Week of March 06 , 2005

The Play’s the Thing

ArtsAlive.ca at www.artsalive.ca/en explores the exciting world of performing arts. Hum along with the music while you discover the parts of an orchestra in the Instrument Lab. In the English Theatre, you'll learn about playwrights, directors, actors and design and production. The French Theatre allows you to follow the major periods of theater history and meet notable playwrights such as Anton Chekhov, Henrik Ibsen and Samuel Beckett. Your brain will dance to a fine tune after visiting this site.

Nominate a cool Web site at http://www.4Kids.org/nominations/

Visit the Featured Web sites to find the answers.

Which classic playwright wrote “Oedipus Rex”?



What is the only branch of government that can make laws?

The President
Supreme Court


What was one of the first cookbooks printed in America?
Cooking is Fun
Dinner Made Easy
The Frugal Housewife



The Law of the Land

The law is on your side at www.lawforkids.org. You may think the legal system is only for adults, but this site will introduce you to lots of laws dealing with kids. In Toons, you'll find short cartoons about how different laws affect kids' lives. Speak Up contains questions asked by kids about legal issues. You can also submit your own question. In Law Docs, you can find information on the U.S. Constitution, the supreme law of the land. Read the actual document or the summaries the site provides. Prepare your briefs and get ready for a court date with the long arm of the law.

An American Appetite

Grab your cooking utensils and get ready for a culinary adventure through time. Come discover America's food culture and how it has evolved with Not by Bread Alone: America's Culinary Heritage at http://rmc.library.cornell.
. American Taste and Tradition explores how, with the help of its diverse people, America has found a taste and style all its own. In Food Nutrition and Science, read the document “Eat Well to Work Well” that Americans were given during World War II. Then wander over to Kitchen Technology to see which appliances found their way into American kitchens in the 20th century.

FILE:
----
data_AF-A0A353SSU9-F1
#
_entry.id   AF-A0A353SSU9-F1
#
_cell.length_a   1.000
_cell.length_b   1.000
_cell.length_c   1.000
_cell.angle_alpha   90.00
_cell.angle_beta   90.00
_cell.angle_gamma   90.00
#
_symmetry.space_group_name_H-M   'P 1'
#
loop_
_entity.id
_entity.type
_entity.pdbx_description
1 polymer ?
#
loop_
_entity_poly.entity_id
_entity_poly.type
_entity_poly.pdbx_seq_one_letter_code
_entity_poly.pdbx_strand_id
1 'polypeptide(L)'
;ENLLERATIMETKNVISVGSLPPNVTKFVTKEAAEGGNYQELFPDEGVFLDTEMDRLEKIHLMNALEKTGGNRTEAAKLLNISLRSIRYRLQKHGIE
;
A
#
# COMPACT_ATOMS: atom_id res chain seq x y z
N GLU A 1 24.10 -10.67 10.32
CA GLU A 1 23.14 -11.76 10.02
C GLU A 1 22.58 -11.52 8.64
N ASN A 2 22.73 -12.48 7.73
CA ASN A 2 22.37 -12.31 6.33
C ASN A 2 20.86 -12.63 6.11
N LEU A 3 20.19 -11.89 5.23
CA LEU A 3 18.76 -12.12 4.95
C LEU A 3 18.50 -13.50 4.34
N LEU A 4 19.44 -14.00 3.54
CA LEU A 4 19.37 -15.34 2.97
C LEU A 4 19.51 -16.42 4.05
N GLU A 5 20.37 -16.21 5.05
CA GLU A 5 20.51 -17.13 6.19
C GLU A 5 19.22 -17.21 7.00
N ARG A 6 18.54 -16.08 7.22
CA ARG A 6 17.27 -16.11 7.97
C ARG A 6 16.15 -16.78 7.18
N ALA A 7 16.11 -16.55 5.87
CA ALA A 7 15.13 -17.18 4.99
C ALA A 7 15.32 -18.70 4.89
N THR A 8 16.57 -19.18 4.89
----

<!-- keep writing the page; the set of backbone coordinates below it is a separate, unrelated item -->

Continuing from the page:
Should owners keep leashes on their dogs in public? Why or why not?

Speak Out Here!

A Wee Bit of Celebration

With St. Patrick’s Day right around the corner, I was beginning to wonder about the man we celebrate every March 17. After researching St. Patrick’s Day on the Internet, I found some really cool stuff about the saint himself. Did you know that St. Patrick, whose real name was Maewyn Succat, was sold into slavery in Ireland as a teenager? He also managed to escape his slave bonds.
Apparently, after escaping on a ship, Succat traveled to France to study for the priesthood. He also took on the name Patrick, which in Latin means “father of his people.” Later he returned to Ireland where he helped to establish churches and schools.
Although this is primarily an Irish holiday, St. Patrick’s Day is also celebrated with parades and festivals in the United States. It is customary on that day to wear green. Those not wearing green are usually in danger of being pinched.

For more information on St. Patrick’s Day, visit www.riverdeep.net/
current/2002/03/ 031102_stpatrick.jhtml
. And don’t forget to don your green on March 17!



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